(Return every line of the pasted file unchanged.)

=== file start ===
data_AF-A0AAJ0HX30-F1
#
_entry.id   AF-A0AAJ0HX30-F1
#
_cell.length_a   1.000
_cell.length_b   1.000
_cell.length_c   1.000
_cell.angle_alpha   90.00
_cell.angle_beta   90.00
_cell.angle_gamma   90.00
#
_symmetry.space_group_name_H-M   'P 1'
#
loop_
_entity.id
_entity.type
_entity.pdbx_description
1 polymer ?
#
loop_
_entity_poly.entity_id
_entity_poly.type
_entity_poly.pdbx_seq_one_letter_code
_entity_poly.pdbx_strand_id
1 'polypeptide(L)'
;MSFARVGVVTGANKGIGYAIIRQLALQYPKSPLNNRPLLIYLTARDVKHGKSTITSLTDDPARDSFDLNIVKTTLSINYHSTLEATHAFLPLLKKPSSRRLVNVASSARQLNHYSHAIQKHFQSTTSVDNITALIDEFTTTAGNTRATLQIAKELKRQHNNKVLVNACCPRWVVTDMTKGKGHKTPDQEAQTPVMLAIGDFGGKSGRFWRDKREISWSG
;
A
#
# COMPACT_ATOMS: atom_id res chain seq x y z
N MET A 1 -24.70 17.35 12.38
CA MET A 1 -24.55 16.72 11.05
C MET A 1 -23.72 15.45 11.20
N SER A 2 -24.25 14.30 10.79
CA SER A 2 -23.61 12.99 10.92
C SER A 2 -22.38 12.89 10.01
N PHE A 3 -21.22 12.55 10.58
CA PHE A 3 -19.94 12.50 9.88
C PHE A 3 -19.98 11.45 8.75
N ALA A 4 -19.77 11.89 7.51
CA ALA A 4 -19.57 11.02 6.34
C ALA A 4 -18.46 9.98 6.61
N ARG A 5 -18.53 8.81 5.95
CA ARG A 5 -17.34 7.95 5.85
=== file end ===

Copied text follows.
data_AF-A0AAJ0HX30-F1
#
_entry.id   AF-A0AAJ0HX30-F1
#
_cell.length_a   1.000
_cell.length_b   1.000
_cell.length_c   1.000
_cell.angle_alpha   90.00
_cell.angle_beta   90.00
_cell.angle_gamma   90.00
#
_symmetry.space_group_name_H-M   'P 1'
#
loop_
_entity.id
_entity.type
_entity.pdbx_description
1 polymer ?
#
loop_
_entity_poly.entity_id
_entity_poly.type
_entity_poly.pdbx_seq_one_letter_code
_entity_poly.pdbx_strand_id
1 'polypeptide(L)'
;MSFARVGVVTGANKGIGYAIIRQLALQYPKSPLNNRPLLIYLTARDVKHGKSTITSLTDDPARDSFDLNIVKTTLSINYHSTLEATHAFLPLLKKPSSRRLVNVASSARQLNHYSHAIQKHFQSTTSVDNITALIDEFTTTAGNTRATLQIAKELKRQHNNKVLVNACCPRWVVTDMTKGKGHKTPDQEAQTPVMLAIGDFGGKSGRFWRDKREISWSG
;
A
#
# COMPACT_ATOMS: atom_id res chain seq x y z
N MET A 1 -24.70 17.35 12.38
CA MET A 1 -24.55 16.72 11.05
C MET A 1 -23.72 15.45 11.20
N SER A 2 -24.25 14.30 10.79
CA SER A 2 -23.61 12.99 10.92
C SER A 2 -22.38 12.89 10.01
N PHE A 3 -21.22 12.55 10.58
CA PHE A 3 -19.94 12.50 9.88
C PHE A 3 -19.98 11.45 8.75
N ALA A 4 -19.77 11.89 7.51
CA ALA A 4 -19.57 11.02 6.34
C ALA A 4 -18.46 9.98 6.61
N ARG A 5 -18.53 8.81 5.95
CA ARG A 5 -17.34 7.95 5.85